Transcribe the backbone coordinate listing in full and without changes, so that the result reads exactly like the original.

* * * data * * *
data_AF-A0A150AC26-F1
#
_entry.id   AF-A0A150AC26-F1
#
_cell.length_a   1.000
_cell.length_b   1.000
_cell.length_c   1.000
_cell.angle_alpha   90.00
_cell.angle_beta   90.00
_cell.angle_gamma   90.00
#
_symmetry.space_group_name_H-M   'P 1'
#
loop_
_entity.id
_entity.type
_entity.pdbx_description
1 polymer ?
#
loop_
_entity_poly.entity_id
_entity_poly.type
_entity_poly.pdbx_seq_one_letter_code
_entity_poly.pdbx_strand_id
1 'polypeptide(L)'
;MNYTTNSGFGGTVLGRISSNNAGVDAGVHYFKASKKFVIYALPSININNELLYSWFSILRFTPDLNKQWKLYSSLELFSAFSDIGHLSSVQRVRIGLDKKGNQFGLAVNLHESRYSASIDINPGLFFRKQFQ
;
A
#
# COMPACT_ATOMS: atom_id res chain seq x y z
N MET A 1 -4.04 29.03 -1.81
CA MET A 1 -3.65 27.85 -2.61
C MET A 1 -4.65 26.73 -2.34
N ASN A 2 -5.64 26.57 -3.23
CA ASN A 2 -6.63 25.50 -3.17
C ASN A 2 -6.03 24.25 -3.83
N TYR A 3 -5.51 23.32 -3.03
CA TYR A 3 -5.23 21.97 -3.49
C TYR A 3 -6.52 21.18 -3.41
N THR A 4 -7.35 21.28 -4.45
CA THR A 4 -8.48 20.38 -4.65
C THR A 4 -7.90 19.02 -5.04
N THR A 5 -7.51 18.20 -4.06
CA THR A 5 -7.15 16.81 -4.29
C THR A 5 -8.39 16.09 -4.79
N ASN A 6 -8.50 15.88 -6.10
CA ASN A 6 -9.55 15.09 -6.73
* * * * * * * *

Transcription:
data_AF-A0A150AC26-F1
#
_entry.id   AF-A0A150AC26-F1
#
_cell.length_a   1.000
_cell.length_b   1.000
_cell.length_c   1.000
_cell.angle_alpha   90.00
_cell.angle_beta   90.00
_cell.angle_gamma   90.00
#
_symmetry.space_group_name_H-M   'P 1'
#
loop_
_entity.id
_entity.type
_entity.pdbx_description
1 polymer ?
#
loop_
_entity_poly.entity_id
_entity_poly.type
_entity_poly.pdbx_seq_one_letter_code
_entity_poly.pdbx_strand_id
1 'polypeptide(L)'
;MNYTTNSGFGGTVLGRISSNNAGVDAGVHYFKASKKFVIYALPSININNELLYSWFSILRFTPDLNKQWKLYSSLELFSAFSDIGHLSSVQRVRIGLDKKGNQFGLAVNLHESRYSASIDINPGLFFRKQFQ
;
A
#
# COMPACT_ATOMS: atom_id res chain seq x y z
N MET A 1 -4.04 29.03 -1.81
CA MET A 1 -3.65 27.85 -2.61
C MET A 1 -4.65 26.73 -2.34
N ASN A 2 -5.64 26.57 -3.23
CA ASN A 2 -6.63 25.50 -3.17
C ASN A 2 -6.03 24.25 -3.83
N TYR A 3 -5.51 23.32 -3.03
CA TYR A 3 -5.23 21.97 -3.49
C TYR A 3 -6.52 21.18 -3.41
N THR A 4 -7.35 21.28 -4.45
CA THR A 4 -8.48 20.38 -4.65
C THR A 4 -7.90 19.02 -5.04
N THR A 5 -7.51 18.20 -4.06
CA THR A 5 -7.15 16.81 -4.29
C THR A 5 -8.39 16.09 -4.79
N ASN A 6 -8.50 15.88 -6.10
CA ASN A 6 -9.55 15.09 -6.73